had transformed substantially, these movements
remained a potent symbol of oppression throughout
the whole of this period.
The old political divisions resurfaced significantly
during the passage of the Countryside and Rights of
Way Bill in 2000. The Government claimed the
Bill was ‘The most significant piece of legislation
in 50 years and marking the pinnacle of a 116-year
campaign by countryside lovers everywhere’ (House
of Commons Hansard 2000a), and ‘… an historic Bill
… fulfilling the yearnings of the British people … for
full rights of access to the beauties of the countryside’
(House of Commons Hansard 2000b). In contrast
the opposition benches contended that the Bill ‘is
based on that most ignoble of human traits – envy’
(House of Commons Hansard 2000c) ‘… and is antilandowner,
anti-property, anti-privacy … dragged down
by anti-farmer ideology, ignorance of the workings of
the countryside, and sheer risible incompetence’
(House of Commons Hansard 2000d). Hence Parliament
divided on class lines, with supporters echoing
traditional revolutionary slogans that the Bill would
open the privileges of the few to the delights of the

From: Political and social drivers for access to
the countryside: the need for research on birds
and recreational disturbance
GRAHAM BATHE in IBIS magazine Links to websites with info on white water, touring, sea & surf.

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Post by quicky » Wed May 13, 2009 1:40 pm

It’s the argument used all the time… many things exist in statute and in law to say access should be given to canoes…. They won’t budge though..
Sorry this is so long

Department for Environment, Food & Rural Affairs
Environment Act 1995 Water Industry Act 1991
Code of Practice on Conservation, Access and Recreation:
Guidance for the Environment Agency and Water and Sewerage Undertakers
4.1 The relevant bodies have a statutory duty, in formulating or considering any proposals relating to their functions, to have regard to the desirability of preserving public access to places of natural beauty - including areas of woodland, mountains, moor, heath, down, cliff or foreshore - and to buildings, sites and objects of archaeological, architectural or historic interest and to take into account the effect which the proposals would have on public access. These duties apply to their own land and to areas in which they exercise their functions.

4.2 Land and water owned or controlled by the relevant bodies offers a unique resource for a wide range of recreation activities. The relevant bodies should normally allow freedom of access to all land and water of natural beauty, amenity or recreational value. Access should be considered for the widest possible range of activities. The relevant bodies should be aware of the Government's intention to legislate during 2000 to give people a statutory right of access over open countryside and to improve the network of public rights of way, especially for equestrians and cyclists. Wherever possible they should provide access by means of marked paths for walkers and, where appropriate, for other users, including equestrians and cyclists. The relevant bodies should also consider the formal dedication of permitted paths.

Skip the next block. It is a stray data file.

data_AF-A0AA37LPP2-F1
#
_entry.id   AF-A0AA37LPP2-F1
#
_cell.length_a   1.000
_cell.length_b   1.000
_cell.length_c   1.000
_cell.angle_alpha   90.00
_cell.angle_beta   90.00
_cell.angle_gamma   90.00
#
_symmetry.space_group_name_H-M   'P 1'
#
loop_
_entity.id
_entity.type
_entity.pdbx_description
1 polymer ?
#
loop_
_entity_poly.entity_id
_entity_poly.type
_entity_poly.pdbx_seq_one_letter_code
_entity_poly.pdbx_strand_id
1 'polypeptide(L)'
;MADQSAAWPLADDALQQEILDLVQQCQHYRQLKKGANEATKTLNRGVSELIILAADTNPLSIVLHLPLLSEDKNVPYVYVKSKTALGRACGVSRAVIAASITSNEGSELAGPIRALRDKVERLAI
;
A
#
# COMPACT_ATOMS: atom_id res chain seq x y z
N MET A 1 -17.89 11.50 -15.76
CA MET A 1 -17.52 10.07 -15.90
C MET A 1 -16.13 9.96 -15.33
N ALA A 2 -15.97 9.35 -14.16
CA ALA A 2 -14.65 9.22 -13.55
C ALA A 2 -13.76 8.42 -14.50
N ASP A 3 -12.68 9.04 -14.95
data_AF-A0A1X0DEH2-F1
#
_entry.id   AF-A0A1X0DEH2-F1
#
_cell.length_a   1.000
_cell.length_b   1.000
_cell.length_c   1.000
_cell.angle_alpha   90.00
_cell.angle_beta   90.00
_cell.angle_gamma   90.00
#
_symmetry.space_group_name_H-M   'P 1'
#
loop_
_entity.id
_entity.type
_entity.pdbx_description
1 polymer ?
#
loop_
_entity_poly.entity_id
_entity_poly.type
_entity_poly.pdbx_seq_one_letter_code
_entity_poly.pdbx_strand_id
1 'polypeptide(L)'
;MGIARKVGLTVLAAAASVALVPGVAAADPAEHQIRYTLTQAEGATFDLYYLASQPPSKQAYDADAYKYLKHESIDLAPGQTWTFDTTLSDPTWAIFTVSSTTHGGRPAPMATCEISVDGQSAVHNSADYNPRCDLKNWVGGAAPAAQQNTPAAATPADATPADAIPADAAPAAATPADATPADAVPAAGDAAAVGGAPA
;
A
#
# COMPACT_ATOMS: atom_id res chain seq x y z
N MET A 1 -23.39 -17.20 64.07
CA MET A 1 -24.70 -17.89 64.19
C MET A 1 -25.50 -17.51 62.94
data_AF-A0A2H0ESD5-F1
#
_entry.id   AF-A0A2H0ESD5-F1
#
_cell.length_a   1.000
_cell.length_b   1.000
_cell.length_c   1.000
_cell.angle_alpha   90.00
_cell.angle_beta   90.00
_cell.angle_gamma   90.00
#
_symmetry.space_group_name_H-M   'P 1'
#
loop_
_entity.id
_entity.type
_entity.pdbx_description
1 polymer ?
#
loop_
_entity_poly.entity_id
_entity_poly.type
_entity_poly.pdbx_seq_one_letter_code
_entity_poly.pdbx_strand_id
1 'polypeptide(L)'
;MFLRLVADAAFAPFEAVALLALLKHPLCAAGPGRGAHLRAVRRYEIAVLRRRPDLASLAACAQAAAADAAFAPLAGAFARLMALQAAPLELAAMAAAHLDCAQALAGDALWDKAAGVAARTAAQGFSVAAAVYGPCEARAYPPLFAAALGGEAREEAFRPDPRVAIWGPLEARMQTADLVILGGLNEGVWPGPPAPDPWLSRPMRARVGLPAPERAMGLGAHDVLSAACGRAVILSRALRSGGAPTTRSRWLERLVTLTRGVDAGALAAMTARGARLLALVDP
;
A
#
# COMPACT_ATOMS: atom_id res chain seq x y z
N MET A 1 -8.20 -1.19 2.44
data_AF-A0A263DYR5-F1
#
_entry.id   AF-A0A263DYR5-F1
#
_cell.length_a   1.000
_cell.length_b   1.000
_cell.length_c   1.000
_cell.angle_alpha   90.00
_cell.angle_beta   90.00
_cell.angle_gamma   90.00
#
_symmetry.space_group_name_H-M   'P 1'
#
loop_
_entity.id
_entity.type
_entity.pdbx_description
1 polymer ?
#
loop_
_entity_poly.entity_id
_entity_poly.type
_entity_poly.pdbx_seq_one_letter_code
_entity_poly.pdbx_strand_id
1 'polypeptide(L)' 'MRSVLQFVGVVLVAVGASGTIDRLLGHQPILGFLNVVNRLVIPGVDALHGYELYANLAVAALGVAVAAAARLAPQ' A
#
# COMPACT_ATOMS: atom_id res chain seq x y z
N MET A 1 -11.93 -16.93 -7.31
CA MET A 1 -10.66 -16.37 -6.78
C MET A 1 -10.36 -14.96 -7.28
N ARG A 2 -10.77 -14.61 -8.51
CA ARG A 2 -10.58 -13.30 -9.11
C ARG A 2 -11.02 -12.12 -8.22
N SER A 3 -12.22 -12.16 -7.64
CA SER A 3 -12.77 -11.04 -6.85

4.3 Access to land and water should be allowed provided that there is no significant danger to public health and safety, risk of pollution or damage, or harmful impact on wildlife. If access is not possible, public notices should normally be displayed explaining why.

4.4 Access should similarly be granted to archaeological monuments and buildings of historic and architectural interest and could be facilitated by:
• signposting of sites in areas with public access or close to rights of way
• creation of heritage trails, if appropriate in conjunction with wildlife interests
• creation of formal displays or museums or holding open days
• provision of facilities for specialists to study objects, machinery or documents either directly or through loans to libraries or museums.

4.5 Monitoring the impact of visitors and recreational uses can give an indication of what a site can support without long term damage. The relevant bodies should consider ways in which sustainable access can be promoted.

4.6 Access should normally only be withdrawn for operational, health and safety or conservation reasons. Closure should usually be for a limited period and kept under review. The relevant bodies should display public notices to this effect. Where there are proposals that would restrict or remove existing access, the relevant bodies should consult interested parties at an early stage. Where termination of access is unavoidable, alternative provision should be made unless evidence is provided that there is no need for such provision. The relevant bodies should be aware that they can divert or extinguish statutory rights of way only by using their powers under Schedule 11 of the Water Industry Act 1991 or Schedule 19 of the Water Resources Act 1991. Local authorities have powers to do so under the Highways Act 1980 or the Town and Country Planning Act 1990 (see also paragraph 7.35).

4.7 Care should be taken in using herbicides on land or for aquatic plant control. Notices should be displayed to warn the public where such spraying has taken place. The Health and Safety Commission has published an Approved Code of Practice on the Safe Use of Pesticides for Non-Agricultural Purposes.